This volume is a compilation of new original qualitative and ethnographic research on pimps and other third party facilitators of commercial sex from the developed and developing world. From African-American pimps in the United States and Eastern European migrants in Germany to Brazilian cafetãos and cafetinas this volume features the lives and voices of the men and women who enable diverse and culturally distinct sex markets around the world. In scholarly, popular, and policy-making discourses, such individuals are typically viewed as larger-than-life hustlers, violent predators, and brutal exploiters. However, there is actually very little empirical research-based knowledge about how pimps and third party facilitators actually live, labor, and make meaning in their everyday lives. Nearly all previous knowledge derives from hearsay and post-hoc reporting from ex-sex-workers, customers, police and government agents, neighbors, and self-aggrandizing fictionalized memoirs.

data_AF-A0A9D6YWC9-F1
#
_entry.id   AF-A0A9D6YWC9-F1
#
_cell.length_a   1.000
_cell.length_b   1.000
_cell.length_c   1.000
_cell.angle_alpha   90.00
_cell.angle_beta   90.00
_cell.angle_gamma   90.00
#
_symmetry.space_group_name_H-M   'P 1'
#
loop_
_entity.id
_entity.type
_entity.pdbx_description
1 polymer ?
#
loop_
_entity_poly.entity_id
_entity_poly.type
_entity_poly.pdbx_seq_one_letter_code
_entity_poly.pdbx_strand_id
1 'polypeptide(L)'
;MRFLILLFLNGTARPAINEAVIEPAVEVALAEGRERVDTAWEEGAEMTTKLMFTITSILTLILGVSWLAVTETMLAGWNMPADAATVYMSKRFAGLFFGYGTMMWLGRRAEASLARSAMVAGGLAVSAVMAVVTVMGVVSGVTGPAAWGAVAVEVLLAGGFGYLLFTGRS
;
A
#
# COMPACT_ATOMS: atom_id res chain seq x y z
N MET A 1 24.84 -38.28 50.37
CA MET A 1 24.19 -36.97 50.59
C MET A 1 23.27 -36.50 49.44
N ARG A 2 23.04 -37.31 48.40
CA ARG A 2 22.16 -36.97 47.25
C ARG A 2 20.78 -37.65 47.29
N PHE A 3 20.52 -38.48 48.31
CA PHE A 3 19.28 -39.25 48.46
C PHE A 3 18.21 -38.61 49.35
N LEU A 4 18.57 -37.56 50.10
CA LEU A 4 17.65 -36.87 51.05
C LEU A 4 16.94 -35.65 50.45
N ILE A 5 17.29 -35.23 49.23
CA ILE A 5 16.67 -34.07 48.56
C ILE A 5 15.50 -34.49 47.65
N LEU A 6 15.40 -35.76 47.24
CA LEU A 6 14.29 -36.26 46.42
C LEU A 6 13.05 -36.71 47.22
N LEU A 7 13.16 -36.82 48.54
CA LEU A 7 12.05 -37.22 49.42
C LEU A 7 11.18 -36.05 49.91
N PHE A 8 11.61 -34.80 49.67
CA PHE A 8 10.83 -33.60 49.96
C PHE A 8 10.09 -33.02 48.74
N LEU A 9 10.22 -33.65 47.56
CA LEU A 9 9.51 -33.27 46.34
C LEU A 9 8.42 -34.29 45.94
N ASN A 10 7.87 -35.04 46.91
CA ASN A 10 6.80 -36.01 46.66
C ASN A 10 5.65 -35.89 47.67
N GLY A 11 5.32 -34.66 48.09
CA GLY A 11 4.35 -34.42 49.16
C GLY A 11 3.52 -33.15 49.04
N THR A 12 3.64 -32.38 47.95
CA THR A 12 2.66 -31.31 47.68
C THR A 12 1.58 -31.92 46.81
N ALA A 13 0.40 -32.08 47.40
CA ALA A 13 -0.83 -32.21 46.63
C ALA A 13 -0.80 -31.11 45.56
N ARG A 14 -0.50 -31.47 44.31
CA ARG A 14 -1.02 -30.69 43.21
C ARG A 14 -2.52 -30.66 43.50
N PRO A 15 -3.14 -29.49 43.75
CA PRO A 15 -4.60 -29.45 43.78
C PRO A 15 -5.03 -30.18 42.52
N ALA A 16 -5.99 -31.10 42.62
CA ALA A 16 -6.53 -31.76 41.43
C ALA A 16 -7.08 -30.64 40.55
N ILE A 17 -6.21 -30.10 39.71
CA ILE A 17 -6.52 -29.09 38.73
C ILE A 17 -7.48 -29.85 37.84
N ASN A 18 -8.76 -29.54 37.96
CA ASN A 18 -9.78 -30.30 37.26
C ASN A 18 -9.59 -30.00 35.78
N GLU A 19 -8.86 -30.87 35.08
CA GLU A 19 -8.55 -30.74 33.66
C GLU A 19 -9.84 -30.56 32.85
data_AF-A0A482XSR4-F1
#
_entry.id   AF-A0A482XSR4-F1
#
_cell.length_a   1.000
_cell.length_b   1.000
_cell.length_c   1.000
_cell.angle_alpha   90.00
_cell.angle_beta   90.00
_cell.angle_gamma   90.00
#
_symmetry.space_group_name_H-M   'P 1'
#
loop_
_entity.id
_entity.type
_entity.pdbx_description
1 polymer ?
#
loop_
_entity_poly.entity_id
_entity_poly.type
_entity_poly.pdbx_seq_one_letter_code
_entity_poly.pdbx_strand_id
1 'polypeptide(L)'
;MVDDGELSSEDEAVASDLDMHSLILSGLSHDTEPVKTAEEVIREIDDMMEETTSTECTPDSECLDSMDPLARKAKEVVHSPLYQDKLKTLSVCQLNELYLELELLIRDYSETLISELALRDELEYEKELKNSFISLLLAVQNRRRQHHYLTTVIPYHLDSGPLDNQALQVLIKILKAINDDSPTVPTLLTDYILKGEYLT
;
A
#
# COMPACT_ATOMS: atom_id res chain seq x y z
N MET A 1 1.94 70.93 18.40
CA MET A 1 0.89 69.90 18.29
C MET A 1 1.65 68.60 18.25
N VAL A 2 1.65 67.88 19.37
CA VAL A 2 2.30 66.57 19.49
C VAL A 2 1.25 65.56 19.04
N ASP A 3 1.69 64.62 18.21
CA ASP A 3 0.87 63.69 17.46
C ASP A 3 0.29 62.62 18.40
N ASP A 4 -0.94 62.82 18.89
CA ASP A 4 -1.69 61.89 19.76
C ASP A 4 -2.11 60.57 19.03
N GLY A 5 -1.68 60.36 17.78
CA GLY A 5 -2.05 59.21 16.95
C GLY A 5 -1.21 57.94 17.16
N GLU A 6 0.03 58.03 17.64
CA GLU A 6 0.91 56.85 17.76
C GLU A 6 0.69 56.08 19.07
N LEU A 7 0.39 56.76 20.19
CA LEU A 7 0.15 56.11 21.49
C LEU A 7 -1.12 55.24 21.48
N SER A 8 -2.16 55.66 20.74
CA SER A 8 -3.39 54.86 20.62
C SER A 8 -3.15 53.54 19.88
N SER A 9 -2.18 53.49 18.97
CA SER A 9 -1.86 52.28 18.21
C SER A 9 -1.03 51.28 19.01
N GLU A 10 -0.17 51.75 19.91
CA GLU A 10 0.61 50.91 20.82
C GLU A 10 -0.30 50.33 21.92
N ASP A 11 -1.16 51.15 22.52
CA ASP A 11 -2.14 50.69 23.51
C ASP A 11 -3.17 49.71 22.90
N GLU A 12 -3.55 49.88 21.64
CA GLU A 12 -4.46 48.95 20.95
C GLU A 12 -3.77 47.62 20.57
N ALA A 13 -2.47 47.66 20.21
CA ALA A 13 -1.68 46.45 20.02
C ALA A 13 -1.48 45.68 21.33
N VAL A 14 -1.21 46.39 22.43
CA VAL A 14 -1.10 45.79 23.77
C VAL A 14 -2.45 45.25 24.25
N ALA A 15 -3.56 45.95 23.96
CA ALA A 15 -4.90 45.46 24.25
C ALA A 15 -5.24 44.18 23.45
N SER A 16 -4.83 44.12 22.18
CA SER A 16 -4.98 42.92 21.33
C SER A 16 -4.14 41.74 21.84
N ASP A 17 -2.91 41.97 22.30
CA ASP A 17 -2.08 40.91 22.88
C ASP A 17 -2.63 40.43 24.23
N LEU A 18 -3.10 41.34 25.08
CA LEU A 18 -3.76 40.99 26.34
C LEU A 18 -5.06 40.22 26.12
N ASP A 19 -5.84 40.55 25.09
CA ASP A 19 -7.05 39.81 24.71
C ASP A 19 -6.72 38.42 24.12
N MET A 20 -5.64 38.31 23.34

This volume is the first published compilation of empirically researched data and analysis about pimps and third parties working in the sex trade across the globe. Situated in an age of highly punitive and ubiquitous global anti-trafficking law, it challenges highly charged public policy stereotypes that conflate pimping and sex trafficking, in order to understand the lived experience of pimps and the men and women whose work they facilitate.